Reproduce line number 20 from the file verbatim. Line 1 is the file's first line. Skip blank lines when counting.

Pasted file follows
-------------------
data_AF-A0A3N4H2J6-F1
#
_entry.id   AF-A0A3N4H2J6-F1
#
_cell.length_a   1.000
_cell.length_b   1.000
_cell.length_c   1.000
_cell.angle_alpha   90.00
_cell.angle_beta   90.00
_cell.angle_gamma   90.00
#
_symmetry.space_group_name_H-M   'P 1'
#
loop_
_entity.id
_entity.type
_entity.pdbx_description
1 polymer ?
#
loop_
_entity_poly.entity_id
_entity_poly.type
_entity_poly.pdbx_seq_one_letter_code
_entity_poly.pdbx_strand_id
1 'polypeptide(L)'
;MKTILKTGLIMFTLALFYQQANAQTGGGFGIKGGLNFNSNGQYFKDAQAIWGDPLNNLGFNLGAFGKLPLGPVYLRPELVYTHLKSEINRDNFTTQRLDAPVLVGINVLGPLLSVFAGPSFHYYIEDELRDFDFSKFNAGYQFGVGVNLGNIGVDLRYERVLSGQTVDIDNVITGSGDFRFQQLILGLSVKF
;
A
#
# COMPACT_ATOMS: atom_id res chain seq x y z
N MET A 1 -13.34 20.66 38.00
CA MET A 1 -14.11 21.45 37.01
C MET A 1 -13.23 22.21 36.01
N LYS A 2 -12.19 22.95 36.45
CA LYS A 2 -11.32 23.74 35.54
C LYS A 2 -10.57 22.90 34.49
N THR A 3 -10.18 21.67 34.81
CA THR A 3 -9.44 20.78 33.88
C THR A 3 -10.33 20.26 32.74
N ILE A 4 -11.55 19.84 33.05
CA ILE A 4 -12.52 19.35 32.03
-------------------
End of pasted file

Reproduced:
loop_